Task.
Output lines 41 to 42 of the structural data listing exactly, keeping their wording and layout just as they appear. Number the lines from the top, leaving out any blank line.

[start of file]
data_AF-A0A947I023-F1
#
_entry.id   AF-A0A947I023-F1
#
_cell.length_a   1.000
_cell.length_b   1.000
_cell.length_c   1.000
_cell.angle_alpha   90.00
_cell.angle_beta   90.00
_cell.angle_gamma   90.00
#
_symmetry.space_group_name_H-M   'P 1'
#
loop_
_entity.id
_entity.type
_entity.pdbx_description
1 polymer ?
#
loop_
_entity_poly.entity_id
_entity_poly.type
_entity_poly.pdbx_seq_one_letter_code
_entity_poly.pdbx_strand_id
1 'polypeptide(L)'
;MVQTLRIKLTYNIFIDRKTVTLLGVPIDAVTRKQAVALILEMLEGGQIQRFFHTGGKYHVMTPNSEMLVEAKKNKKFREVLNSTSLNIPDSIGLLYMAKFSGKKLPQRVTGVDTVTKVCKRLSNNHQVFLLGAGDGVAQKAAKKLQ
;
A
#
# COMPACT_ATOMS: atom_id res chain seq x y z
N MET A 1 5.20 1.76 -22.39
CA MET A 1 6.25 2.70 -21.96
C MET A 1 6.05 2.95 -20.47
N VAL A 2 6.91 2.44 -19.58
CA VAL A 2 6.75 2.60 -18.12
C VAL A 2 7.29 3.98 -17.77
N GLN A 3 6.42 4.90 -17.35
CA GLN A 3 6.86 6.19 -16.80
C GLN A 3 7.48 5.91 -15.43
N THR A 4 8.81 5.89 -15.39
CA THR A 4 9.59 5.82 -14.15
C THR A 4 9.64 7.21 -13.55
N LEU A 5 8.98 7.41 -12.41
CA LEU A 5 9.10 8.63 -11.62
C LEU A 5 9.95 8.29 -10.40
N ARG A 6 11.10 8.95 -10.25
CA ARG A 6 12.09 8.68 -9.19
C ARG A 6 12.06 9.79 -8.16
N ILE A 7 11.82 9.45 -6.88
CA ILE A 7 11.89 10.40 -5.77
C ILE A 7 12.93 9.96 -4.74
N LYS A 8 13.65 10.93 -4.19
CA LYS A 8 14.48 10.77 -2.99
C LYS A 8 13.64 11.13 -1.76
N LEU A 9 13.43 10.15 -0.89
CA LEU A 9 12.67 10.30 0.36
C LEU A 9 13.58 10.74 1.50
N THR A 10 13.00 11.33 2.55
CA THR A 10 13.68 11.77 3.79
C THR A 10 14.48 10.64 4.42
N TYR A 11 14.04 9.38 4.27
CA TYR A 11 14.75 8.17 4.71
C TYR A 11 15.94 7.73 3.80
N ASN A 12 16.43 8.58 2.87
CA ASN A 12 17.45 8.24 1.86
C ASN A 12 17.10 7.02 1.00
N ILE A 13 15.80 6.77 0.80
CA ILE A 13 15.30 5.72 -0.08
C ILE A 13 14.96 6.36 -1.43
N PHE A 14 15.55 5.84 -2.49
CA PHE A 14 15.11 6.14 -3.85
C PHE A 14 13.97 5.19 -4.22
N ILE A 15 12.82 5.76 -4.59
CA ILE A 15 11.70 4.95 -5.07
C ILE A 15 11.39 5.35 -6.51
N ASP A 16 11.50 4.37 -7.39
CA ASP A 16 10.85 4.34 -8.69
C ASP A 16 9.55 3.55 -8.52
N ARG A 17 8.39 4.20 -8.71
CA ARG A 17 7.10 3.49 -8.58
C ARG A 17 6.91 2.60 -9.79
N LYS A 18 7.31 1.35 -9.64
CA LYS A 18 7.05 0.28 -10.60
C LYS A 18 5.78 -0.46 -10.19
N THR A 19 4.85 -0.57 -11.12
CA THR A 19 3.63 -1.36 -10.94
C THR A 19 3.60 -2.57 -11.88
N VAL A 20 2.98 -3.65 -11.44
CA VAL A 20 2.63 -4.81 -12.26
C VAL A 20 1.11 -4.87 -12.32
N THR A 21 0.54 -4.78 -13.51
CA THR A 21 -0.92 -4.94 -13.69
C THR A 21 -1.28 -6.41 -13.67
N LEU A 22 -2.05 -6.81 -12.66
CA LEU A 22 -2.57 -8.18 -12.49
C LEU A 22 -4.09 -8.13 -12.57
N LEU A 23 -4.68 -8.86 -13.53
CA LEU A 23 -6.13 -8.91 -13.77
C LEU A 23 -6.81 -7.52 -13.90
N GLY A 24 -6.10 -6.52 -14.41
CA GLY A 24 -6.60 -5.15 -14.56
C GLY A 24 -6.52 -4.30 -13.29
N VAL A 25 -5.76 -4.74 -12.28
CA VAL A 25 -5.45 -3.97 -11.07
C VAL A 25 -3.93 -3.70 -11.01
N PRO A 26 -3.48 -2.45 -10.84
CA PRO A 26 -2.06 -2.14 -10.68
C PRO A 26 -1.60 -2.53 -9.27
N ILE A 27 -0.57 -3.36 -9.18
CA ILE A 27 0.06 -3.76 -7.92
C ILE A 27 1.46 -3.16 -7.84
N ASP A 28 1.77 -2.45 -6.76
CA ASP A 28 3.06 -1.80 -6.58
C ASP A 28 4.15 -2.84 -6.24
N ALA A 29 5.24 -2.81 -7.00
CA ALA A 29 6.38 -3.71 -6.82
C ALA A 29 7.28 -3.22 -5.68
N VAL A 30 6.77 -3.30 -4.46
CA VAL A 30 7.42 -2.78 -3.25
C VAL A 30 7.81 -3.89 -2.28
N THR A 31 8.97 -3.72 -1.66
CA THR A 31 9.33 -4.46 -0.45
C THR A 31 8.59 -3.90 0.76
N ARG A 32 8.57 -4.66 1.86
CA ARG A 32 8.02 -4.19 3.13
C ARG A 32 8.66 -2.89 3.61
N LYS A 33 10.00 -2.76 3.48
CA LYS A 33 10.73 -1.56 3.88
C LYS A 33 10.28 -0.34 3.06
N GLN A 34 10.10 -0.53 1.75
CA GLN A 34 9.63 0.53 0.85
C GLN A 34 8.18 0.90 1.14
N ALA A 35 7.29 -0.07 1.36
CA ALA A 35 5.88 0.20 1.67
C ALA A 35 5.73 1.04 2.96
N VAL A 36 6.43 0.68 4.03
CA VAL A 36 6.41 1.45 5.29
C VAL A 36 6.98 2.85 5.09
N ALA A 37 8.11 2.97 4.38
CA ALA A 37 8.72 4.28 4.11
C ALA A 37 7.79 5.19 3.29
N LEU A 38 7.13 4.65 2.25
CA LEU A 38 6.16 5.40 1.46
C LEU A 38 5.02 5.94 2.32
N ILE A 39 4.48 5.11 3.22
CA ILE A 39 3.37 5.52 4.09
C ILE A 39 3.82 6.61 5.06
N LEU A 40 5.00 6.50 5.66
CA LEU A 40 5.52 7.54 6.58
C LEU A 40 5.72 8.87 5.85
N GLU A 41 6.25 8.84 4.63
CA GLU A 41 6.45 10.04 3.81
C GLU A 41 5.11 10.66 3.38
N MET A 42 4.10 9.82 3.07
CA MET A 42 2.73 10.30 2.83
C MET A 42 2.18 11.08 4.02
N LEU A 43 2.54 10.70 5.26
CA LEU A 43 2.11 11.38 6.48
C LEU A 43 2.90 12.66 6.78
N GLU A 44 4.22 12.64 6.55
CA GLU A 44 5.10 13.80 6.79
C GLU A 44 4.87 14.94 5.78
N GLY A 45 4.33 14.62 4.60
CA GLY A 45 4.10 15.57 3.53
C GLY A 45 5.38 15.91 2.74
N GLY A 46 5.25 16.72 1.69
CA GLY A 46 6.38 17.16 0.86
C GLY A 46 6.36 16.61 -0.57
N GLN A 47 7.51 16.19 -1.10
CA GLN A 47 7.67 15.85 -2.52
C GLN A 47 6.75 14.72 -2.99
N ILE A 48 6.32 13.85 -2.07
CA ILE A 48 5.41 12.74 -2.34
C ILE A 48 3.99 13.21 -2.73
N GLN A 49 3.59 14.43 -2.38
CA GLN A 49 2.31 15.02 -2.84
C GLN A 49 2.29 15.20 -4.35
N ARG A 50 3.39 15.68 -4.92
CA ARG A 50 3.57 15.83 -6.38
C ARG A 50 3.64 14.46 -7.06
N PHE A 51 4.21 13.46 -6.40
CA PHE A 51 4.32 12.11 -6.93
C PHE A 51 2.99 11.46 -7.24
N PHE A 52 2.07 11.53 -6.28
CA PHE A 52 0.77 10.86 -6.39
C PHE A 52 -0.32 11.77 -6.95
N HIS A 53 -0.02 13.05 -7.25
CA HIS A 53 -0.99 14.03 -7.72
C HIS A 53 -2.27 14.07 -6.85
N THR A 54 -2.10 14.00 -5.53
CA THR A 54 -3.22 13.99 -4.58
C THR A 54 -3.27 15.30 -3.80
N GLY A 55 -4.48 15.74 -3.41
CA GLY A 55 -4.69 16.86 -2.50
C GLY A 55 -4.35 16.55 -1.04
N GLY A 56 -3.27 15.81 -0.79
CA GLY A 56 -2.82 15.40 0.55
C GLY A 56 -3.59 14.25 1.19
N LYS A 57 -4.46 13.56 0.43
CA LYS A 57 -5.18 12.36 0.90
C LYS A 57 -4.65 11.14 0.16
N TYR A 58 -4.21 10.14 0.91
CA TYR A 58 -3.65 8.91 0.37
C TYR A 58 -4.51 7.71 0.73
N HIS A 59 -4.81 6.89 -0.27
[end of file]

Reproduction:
CA THR A 4 9.59 5.82 -14.15
C THR A 4 9.64 7.21 -13.55